Buzz Harris: Picking an exit strategy that’s best for business (Voices)
Special to the NNBW
“Golf is a like like taxes — you drive hard to get to the green and then wind up in the hole.” — Anonymous
For many business owners, the exit strategy from their business consists of finding a buyer who is ready, willing and able to purchase their business under terms acceptable to both parties.
This enables the seller to move into a new phase of life where there is an end of responsibilities associated with the business and the beginning of different pursuits away from it.
However, for some owners, their exit strategy consists of executing a succession plan where they find a replacement who will be able to take the reins of the company and keep it pointed in the right direction. This strategy will mean less time at the office and more time spent away, but not a complete separation from their business.
Successors can be beneficial because they are usually eager to make their mark on the business. Often, they can see upcoming trends more clearly. When you combine their energy and insight, the new leader may even be positioned to grow the company.
However, finding the right successor can be a challenge. It begins with the outgoing owner figuring out what kind of person is best for the company, not themselves.
This is no easy task. In fact, many experts recommend against trying to find a clone because when the replacement ends up in charge, it will be at a future date where different talents may be required.
Their next step should be to survey available people from both within and outside the company. The prospective replacements skills set not only need to be examined but also their willingness to take the job.
Once the chosen candidate is identified, the owner needs to determine the additional talents the replacement needs and come up with a plan to ensure they are developed.
When the successor is close to being ready, it is often a good idea to give the “understudy” a “dress rehearsal.” For some owners, that can mean taking an extended vacation or beginning to work part time. For the exiting owner, they may still need to come to the office every day, but between their calls, the successor will be making all the decisions.
With this exit strategy, while the outgoing owner is resolving some of his work-related issues, he may also unfortunately be creating some new problems. The existing owner needs to be aware of the sensitivities of those who are not chosen.
These employees may choose to leave the company or perhaps worse, stay and become troublemaking malcontents. Sometimes, succession isn’t the best solution when it comes to a family run business.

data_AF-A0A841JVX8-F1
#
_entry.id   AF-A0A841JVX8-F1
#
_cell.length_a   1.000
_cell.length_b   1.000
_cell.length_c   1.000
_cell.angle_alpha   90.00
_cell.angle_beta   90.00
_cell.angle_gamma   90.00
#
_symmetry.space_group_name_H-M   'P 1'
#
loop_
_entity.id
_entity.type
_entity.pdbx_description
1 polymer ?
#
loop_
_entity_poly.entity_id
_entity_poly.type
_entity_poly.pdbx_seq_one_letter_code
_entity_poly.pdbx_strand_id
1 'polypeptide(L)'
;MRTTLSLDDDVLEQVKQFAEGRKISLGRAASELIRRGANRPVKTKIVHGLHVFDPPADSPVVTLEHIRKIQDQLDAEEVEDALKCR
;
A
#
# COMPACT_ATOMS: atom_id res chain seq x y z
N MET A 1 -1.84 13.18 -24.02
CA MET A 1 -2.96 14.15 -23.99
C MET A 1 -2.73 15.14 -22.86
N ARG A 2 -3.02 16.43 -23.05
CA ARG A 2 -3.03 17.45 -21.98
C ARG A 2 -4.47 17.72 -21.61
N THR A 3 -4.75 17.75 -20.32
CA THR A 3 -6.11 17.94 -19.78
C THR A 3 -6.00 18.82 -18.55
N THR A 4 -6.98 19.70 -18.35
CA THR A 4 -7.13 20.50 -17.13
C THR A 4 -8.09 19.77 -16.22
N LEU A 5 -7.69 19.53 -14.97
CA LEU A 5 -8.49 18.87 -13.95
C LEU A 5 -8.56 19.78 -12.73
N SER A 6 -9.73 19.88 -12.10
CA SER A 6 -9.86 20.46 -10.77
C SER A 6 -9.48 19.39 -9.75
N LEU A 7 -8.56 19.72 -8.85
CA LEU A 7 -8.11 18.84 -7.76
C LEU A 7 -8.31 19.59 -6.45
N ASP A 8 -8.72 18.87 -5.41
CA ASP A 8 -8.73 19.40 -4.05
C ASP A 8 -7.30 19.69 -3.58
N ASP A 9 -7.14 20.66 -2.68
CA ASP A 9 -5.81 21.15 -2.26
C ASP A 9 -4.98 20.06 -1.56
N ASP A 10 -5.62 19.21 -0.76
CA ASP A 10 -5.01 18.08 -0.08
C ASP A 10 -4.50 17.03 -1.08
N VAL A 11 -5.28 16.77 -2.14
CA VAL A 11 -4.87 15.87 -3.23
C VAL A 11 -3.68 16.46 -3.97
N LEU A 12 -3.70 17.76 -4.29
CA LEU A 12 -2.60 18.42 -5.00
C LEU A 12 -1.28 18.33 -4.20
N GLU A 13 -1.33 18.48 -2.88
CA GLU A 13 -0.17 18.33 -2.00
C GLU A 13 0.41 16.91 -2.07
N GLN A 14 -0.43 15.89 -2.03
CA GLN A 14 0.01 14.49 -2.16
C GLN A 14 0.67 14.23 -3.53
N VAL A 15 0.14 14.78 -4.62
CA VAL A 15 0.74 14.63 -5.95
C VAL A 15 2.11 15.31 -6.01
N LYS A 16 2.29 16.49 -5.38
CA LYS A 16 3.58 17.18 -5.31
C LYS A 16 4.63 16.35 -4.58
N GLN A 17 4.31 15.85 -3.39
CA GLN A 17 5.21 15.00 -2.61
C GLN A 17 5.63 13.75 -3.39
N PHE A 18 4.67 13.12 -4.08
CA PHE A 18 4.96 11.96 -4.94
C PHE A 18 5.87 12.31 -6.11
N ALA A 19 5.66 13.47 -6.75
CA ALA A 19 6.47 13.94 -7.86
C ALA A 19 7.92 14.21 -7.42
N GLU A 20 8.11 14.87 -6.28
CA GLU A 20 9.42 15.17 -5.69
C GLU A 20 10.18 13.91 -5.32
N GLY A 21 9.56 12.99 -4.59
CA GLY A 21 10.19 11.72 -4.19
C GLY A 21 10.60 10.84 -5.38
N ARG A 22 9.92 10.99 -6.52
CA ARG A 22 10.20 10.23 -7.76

An exaggerated example is the humorous commercial on television where Chip is a newly appointed Chief Executive Officer of a large company simply because he is the outgoing CEO’s son. The results are disastrous.
I am not suggesting that this happens frequently in real-life, but unfortunately, we’ve all seen similar situation where it has. In some of these situations, the successor hasn’t been qualified, while in other situations, they may have been qualified, but just not truly interested. The results are usually the same.
Think how this decision will be compounded if the owner has two or more children involved in business.
The owner’s first decision of choosing who will take over the business is the ”easiest” — if you can call it that? The owner must select the child who has most consistently exceeded company goals, who has been the most innovative, who works better with the employees, customers and vendors, who has more of the skills required as a CEO?
Now comes the hardest part. It’s one thing to pass over a nonfamily member. It’s another when you have to choose one child over another.
Regardless of which path is followed, the decisions that are made can significantly affect both the life of the business and the outgoing owner so they need to consider all the consequences.
Buzz Harris, a Licensed Business Broker with The Liberty Group of Nevada, writes a recurring Voices column for the Northern Nevada Business Weekly. Contact him at 775-825-3948 or via email at BHarris@TheLibertyGroupofNevada.com.
Heather Ashbridge, who started with Nevada State Development Corporation in 2008, previously served in several roles with the organization, including assistant vice president and loan officer. She is based in NSDC’s Reno office.